‘What’s gone wrong?’ Grant Shapps blames airlines for travel chaos

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Mr Shapps is asking what went wrong, despite £8billion in aid for that was gifted to the aviation industry to get it through the pandemic. He said the Government had “done its part” and it was down to airlines and ground handlers to ensure there was no disruption.

Meanwhile, airlines axed more flights yesterday, with travellers forced to wait for hours at airports including Manchester, Heathrow, Gatwick and Bristol.

Heathrow passengers said they had “never” seen such long queues.

Mr Shapps said: “It’s been very distressing to see passengers facing yet more disruption at airports, having well-earned holidays cancelled and plans left in disarray.

“We’ve been clear that industry leaders need to tackle the issues we saw at Easter head-on.

“Although some steps have been taken, we are still not seeing the progress we need to.”

He said the Government “will be meeting with airports, airlines and ground handlers to find out what’s gone wrong and how they are planning to end the current run of cancellations and delays”.

And he said that operators “seriously oversold flights and holidays relative to their capacity to deliver” despite Government warnings.

“Government has done its part,” he said.

“It is now on airports, airlines and ground handlers to make sure everyone’s well-deserved holidays can go ahead free from the major disruption we’ve seen in recent days.”

Staff shortages have being blamed by airlines and airports, which laid off thousands of people during the pandemic and are now struggling to recruit more.

In a bid to help them, Mr Shapps introduced legislation last month that allows aviation recruits to begin training before passing security checks.

Julian Knight, senior MP and chairman of the Commons’ Digital, Culture, Media and Sport committee, said of the aviation industry: “They need to get a grip and now.

“They risk harming their industry’s reputation for years to come as well as destroying the holiday plans of thousands of Britons.”

He also called for an investigation into claims airlines are selling more tickets than they can service.

Transport minister Andrew Stephenson told Sky News: “It is for the airports to plan and recruit enough people in order to deal with the significant increases in people flying which we have been expecting for some time.”

Arts minister Lord Parkinson also sought to blame airlines and airports, saying: “Colleagues in the Department for Transport are working with the industry.

“We have been for months urging them to make sure they’ve got enough staff so that, thanks to the success of the vaccine rollout, as people are able to travel again, that people can take the holidays that they’ve missed and that they’ve deserved.

“Of course it’s causing a lot of distress for people, particularly in half-term, people with family and children with them.”

Tui revealed it had cut 43 flights a week in June at Manchester Airport, one of its biggest bases.

Each flight accommodates around 200 passengers, meaning 37,000 holidaymakers are likely to be affected this month alone.

In one incident a Tui co-pilot helped to load luggage on to a flight to Crete to ensure it could take off after a 32-hour delay.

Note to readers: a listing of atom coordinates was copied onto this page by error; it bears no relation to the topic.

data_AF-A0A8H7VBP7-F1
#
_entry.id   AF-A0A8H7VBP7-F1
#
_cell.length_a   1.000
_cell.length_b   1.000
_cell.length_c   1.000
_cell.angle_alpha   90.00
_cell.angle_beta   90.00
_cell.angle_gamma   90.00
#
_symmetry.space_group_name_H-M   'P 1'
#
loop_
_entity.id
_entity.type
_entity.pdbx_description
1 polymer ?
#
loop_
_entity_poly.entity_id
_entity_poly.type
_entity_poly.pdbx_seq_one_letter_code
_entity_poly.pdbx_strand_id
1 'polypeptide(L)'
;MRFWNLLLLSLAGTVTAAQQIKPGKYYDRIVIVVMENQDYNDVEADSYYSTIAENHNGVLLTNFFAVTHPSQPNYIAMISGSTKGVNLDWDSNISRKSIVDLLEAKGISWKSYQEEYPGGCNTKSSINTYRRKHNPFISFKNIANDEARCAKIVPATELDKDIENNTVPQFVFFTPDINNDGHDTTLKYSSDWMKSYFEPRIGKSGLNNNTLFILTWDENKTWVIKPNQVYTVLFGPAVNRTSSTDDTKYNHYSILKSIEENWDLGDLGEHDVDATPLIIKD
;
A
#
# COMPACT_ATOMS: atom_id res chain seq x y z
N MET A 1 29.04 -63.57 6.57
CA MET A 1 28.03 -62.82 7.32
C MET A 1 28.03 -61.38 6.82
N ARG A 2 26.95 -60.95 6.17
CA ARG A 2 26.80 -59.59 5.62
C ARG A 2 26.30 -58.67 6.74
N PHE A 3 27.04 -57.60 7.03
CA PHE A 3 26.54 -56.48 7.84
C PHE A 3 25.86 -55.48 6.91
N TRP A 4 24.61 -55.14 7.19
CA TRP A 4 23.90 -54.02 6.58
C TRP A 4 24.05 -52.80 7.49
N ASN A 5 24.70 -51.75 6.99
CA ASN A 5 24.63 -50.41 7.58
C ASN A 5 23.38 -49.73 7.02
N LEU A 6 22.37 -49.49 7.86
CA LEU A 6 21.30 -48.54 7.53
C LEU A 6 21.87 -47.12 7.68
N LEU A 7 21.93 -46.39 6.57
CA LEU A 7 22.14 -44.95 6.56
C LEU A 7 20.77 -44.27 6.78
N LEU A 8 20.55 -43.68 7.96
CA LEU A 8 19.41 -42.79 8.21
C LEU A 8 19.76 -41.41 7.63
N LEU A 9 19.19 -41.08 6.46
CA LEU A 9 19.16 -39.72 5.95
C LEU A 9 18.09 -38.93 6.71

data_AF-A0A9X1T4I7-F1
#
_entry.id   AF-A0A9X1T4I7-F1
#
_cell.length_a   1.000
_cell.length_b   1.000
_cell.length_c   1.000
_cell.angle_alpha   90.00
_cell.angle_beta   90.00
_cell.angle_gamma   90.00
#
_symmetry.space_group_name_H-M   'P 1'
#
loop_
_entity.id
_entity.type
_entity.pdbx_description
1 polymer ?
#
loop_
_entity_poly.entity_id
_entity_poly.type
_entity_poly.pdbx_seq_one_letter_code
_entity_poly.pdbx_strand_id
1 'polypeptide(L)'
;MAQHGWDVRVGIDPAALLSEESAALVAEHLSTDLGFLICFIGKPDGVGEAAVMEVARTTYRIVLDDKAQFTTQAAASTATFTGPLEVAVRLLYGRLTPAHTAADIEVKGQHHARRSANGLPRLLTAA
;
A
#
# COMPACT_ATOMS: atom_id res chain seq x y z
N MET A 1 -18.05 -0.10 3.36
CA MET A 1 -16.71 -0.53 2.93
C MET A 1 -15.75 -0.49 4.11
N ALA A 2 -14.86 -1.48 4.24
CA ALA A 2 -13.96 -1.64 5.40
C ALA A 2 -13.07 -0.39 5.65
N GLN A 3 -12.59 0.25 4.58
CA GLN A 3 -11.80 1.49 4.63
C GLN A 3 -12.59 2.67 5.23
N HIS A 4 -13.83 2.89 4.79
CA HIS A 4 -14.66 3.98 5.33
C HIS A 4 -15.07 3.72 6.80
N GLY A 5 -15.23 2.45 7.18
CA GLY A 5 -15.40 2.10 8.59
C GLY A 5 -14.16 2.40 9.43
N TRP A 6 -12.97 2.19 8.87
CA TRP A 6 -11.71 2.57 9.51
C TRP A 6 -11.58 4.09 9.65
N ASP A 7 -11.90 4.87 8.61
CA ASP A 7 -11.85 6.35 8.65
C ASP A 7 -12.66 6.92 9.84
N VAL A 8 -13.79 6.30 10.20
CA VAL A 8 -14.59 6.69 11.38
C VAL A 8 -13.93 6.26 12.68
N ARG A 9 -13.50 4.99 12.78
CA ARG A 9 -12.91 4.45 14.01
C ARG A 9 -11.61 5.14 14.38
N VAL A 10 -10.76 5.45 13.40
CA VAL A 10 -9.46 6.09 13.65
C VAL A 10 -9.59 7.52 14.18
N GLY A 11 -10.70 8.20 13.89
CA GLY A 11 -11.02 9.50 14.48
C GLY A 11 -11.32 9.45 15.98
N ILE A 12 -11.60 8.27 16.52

Separately, video footage showed the moment police were drafted in to tell furious passengers at Manchester Airport that their TUI holiday had been cancelled.

Other airlines, including EasyJet and British Airways, have cancelled flights too.

It is believed that passengers booked on 240 easyJet flights to and from Gatwick over the next 10 days are being told their flights have been cancelled.

An airline source said easyJet had sufficient crew to operate its schedule, and had completed its crew recruitment programme for the summer.

However, “some flights” had been cancelled as a precaution, with air traffic control restrictions, runway works and airport handling delays in some cases “pushing crew out of
their maximum working hours and impacting on the day operations”.

Such decisions “were not taken lightly and were aimed at ensuring the airline was able to take as many customers as possible away on their holidays this summer”, they added.

Meanwhile, at Heathrow, the escalator for departures in Terminal Two was closed to limit crowds – and holidaymakers were directed to take a lift from the arrivals floor instead.

One man, squashed in a corner, complained, “It’s bloody chaos,” prompting a member of staff to reply: “Try working here.”

Rory Boland, editor of consumer magazine Which? Travel, said: “The blame game over staff shortages and flight cancellations is no help at all to passengers, who need instant action to bring an end to the airport chaos that is causing so much misery and leaving many people out of pocket.

“The aviation industry is suffering from staff shortages after thousands were let go during the pandemic.”

Insiders have suggested there are 100,000 vacancies at airports, including 10,000 at Heathrow – the world’s busiest airport.

Peter Davies, chief executive of the Airline Management Group, told LBC yesterday: “It’s down to mismanagement, in my opinion, between the airlines and the airports.

“I think it’s natural for people to go away on holiday.

“It’s not a surprise that hotter weeks tend to be particularly busy – particularly in Jubilee week – and the fact we’ve been cooped up for a couple of years.

“So there was no surprise there that people would flock back and fly. Indeed, the bookings have been increasing for many months now. So it comes as no surprise.”

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